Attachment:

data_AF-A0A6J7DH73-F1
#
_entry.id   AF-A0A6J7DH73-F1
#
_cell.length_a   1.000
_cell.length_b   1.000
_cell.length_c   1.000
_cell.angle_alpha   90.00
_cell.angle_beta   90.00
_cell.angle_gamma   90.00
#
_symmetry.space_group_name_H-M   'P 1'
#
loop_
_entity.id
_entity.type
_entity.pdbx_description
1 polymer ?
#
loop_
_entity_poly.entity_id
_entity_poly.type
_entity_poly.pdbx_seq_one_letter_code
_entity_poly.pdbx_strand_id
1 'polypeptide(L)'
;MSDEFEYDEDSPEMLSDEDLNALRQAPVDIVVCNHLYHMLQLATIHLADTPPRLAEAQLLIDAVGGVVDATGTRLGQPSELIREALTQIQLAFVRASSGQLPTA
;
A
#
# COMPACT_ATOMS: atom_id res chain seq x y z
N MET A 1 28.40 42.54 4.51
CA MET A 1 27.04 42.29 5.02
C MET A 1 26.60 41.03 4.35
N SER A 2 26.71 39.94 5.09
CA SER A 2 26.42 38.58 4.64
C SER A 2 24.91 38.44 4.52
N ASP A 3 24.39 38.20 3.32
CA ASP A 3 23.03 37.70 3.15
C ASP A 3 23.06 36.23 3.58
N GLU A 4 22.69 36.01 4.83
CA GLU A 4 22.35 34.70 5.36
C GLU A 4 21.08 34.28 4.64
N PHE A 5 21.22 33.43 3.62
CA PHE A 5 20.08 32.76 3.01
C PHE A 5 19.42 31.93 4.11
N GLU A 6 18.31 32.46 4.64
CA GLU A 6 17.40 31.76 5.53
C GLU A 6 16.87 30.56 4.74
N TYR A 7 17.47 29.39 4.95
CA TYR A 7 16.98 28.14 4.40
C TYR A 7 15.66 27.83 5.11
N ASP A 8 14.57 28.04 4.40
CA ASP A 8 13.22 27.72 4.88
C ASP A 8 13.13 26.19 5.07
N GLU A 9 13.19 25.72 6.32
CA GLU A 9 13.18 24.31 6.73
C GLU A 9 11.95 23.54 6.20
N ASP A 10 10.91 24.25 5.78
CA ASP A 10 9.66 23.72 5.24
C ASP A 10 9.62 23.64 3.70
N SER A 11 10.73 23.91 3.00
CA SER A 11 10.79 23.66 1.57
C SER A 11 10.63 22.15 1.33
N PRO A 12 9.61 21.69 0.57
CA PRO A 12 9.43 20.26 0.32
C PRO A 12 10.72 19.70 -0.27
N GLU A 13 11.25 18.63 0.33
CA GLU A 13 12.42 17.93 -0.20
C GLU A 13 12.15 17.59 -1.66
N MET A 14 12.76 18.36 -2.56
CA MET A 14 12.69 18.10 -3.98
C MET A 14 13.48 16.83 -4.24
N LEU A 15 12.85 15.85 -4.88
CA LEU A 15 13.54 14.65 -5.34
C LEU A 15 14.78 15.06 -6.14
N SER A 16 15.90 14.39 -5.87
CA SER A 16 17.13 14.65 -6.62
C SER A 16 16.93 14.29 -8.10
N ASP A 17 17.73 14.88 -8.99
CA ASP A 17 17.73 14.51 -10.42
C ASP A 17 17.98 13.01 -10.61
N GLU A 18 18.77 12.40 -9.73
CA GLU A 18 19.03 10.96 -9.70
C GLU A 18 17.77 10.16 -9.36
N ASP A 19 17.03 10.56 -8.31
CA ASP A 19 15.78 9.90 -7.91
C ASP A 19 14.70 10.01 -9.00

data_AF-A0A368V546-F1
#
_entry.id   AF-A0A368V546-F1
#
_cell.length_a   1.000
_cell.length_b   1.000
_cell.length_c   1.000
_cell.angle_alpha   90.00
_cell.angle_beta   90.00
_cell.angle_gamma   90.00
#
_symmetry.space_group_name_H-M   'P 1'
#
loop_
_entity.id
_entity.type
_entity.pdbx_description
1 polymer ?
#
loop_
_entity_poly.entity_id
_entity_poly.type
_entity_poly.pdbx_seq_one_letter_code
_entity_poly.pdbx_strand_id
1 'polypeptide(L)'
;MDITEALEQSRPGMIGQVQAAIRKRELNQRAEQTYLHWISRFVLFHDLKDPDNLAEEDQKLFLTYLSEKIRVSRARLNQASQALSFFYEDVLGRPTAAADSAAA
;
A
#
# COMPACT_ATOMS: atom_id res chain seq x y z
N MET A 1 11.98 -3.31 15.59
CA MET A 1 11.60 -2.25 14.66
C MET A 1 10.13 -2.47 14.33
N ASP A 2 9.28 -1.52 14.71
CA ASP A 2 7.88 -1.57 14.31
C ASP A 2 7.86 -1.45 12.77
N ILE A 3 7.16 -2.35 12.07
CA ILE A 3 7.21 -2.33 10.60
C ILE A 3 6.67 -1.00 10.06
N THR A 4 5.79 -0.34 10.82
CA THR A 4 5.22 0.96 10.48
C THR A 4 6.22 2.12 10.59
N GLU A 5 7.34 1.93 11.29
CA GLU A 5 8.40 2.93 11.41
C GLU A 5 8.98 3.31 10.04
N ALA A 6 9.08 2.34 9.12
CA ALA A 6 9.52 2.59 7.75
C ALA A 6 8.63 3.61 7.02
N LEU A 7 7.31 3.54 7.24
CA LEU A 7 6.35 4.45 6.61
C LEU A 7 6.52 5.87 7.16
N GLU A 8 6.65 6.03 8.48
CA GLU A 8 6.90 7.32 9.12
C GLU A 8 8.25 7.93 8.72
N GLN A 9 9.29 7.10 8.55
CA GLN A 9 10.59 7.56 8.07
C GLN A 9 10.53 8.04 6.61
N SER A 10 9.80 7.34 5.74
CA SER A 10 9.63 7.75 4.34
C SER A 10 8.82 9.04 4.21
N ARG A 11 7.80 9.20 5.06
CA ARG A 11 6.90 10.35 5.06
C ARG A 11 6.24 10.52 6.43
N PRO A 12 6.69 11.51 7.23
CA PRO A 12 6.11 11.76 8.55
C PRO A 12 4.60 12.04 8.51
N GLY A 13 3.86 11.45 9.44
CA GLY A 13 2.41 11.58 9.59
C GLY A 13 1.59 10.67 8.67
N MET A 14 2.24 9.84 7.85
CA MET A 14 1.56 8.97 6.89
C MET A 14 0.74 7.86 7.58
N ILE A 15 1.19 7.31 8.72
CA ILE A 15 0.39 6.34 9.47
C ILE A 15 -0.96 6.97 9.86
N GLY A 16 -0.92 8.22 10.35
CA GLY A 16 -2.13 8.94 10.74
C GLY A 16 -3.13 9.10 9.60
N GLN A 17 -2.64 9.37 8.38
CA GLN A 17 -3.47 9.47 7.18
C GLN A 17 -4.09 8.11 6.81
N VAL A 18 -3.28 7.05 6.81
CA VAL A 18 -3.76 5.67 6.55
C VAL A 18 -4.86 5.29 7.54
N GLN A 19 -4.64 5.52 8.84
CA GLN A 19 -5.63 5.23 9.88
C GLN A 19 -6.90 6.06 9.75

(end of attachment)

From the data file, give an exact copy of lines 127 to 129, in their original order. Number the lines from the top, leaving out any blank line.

N THR A 4 5.79 -0.34 10.82
CA THR A 4 5.22 0.96 10.48
C THR A 4 6.22 2.12 10.59